Tuesday, December 30, 2008

Learning How to Learn II

judging from my experience in calvin’s religion department, any departments that require argumentative papers develop potential salespeople.  i’m sure calvin’s philosophy department would be great recruiting grounds for southwestern.  over the years, calvin has developed a respected philosophy program, and i was fortunate to take an honors philosophy class for core.  philosophy majors can write like no other.  after four years of experience arguing about metaphysics, i’m sure philosophers can easily argue why southwestern’s educational products are much better than their competitors’.  also, lawyers are accustomed to arguing points, and their negotiation skills would come in handy when drafting a contract.  although calvin doesn’t have a law department, they have a pre-law program that prepares students for law schools.  i haven’t met a lot of pre-law students, but i’m sure i’ll recognize them.  they’ll be the ones that somehow persuade me to go on a 10k run after i’ve gorged myself on chinese buffet.

so far i’ve been focusing on how various fields relate to business.  that’s probably because i’ve had to explain to countless people why i’m a religion and communications double major that owns a startup business.  by now, i can connect religion and communications with business in my sleep—i’ve already explained it so many times.  but i have a hunch that if religion, philosophy, and law equips students for business, maybe engineering, nursing, and psychology can equip students for a field such as public relations.  there must be plenty of cross-over between different fields.  let me think out loud for a couple paragraphs.

according to my housemate, an electrical engineer, engineers are problem solvers, and darn good ones.  from what i know about my nursing-major-friends, they learn to connect with people on a face-to-face level.  more than a few of my friends have interned at pine rest, a local mental health facilities, and they’ve cared for everyone from the mentally-challenged to bed-ridden grandparents.  i can imagine that facing these people everyday can be quite depressing, but i’ve been surprised by how nursing majors can cope with their surroundings.  some of the people they care for are going to die in the near future, yet my friends smile and shake off the hopelessness.  another one of my housemates is a psychology major, and he’s a great listener.  i took my intro to psych courses at the university of toronto one summer, and i became a better listener simply by learning about human behavior.  i can imagine how four years of psychology courses can teach someone to be an incredible listener.  moreover, good listeners tend to have good discernment.  my housemate’s certainly a great discerner.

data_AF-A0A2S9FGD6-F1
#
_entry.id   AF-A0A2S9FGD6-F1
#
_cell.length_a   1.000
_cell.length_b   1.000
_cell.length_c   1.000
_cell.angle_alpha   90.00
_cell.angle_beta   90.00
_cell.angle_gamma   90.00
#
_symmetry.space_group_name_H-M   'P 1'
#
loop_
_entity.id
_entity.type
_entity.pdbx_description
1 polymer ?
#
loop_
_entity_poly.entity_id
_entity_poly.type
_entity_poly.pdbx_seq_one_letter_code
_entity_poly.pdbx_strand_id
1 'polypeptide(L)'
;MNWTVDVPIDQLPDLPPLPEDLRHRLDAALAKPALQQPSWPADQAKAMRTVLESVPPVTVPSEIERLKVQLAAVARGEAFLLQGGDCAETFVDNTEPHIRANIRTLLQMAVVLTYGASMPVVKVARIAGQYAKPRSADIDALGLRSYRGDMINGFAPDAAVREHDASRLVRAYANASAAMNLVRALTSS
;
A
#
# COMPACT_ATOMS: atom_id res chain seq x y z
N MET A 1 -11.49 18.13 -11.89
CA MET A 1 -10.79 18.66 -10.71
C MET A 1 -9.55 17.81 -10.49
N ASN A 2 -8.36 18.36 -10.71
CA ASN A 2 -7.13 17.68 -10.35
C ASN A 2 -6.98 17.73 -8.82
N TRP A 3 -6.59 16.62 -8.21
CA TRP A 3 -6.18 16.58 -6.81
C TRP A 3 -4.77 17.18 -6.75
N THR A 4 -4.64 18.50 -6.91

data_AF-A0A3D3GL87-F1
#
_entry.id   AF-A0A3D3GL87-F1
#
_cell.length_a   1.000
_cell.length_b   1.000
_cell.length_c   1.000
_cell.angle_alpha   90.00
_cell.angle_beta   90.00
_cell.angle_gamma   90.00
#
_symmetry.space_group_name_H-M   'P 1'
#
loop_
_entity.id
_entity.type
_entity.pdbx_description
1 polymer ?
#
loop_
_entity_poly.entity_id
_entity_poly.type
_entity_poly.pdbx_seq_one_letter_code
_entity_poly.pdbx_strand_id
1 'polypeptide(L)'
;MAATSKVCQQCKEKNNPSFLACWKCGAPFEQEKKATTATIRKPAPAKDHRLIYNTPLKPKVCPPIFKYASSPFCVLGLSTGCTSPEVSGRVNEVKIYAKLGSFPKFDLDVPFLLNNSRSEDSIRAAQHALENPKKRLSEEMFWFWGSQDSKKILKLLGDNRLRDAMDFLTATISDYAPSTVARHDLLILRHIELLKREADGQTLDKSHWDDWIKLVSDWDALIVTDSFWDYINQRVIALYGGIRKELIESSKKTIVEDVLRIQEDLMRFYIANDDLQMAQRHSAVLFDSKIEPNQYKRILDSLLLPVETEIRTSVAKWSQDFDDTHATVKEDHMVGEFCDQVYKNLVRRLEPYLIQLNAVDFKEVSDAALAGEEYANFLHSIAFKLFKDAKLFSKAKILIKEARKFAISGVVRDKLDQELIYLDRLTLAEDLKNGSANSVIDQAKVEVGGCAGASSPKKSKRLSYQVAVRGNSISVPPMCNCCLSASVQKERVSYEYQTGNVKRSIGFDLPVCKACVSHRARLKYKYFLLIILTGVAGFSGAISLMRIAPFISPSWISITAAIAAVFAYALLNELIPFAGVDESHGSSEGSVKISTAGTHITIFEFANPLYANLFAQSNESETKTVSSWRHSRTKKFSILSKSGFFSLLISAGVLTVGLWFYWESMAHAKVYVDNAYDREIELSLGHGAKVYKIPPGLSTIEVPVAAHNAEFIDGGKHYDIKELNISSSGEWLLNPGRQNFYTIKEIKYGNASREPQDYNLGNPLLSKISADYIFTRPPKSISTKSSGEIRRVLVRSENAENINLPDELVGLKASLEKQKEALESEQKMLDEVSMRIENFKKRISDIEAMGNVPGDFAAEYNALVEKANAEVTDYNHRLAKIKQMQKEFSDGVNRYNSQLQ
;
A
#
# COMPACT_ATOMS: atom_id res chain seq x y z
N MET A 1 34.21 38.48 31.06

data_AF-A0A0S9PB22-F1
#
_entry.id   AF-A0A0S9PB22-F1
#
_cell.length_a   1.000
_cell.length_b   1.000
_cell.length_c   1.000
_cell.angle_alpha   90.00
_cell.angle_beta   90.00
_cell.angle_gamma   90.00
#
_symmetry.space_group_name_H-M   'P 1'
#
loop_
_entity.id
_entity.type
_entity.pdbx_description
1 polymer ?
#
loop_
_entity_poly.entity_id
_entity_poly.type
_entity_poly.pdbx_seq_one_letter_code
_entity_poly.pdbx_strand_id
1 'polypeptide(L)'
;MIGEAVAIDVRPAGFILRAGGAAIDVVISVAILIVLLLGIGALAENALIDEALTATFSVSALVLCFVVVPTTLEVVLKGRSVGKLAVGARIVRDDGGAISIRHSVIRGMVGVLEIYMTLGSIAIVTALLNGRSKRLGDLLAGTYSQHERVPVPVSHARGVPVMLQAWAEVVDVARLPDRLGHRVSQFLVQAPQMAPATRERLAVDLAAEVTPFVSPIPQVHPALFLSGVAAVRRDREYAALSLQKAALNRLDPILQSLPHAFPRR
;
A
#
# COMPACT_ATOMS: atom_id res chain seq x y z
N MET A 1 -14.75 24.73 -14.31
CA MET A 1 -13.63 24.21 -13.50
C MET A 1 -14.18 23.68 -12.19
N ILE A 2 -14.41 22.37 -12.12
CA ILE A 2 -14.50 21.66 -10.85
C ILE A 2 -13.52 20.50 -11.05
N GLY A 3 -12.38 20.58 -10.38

how would that all relate to public relations?  from my limited knowledge of the field (i’ve only taken one class, and i don’t know many PR people), i understand that PR is responsible for being the face of the company/organization they represent.  sometimes they need to handle PR nightmares, and i’m sure mccain’s PR staff had a field day dealing with his “bomb bomb iraq” song.  safe to say, there would be some problem-solving involved in any PR nightmare, so anyone with an engineering background would be cut out for those situations.  also, as the face of the company, PR reps would often be at publicity events mingling with press and other attendees.  most nursing students that have interned at pine rest or other mental health facilities would be able to connect with people and make a good impression under high pressure situations.  and as with any people-related job, the ability to listen is crucial.  how would mccain’s PR team handle “bomb bomb iraq” if they couldn’t discern the gravity of the situation?  i’m sure mccain’s team was listening closely to mainstream media, trying to predict how the american public would react to the video clip.  also, how could PR reps make a good impression at a publicity event if they spent all their time talking people’s ears off?  i’m sure they’d use their listening skills to encourage two-way conversations.

since there’s so much cross-over between various fields, does it matter what field i choose?  maybe the best PR reps don’t graduate with a public relations degree, but rather an engineering/nursing/psychology interdisciplinary degree.  to be honest, i don’t know.  but here’s what i do know: if i can convince the employer that i’m the best fit for the position, i’ll get it.

Posted by Nehe555 on 12/30 at 03:11 PM
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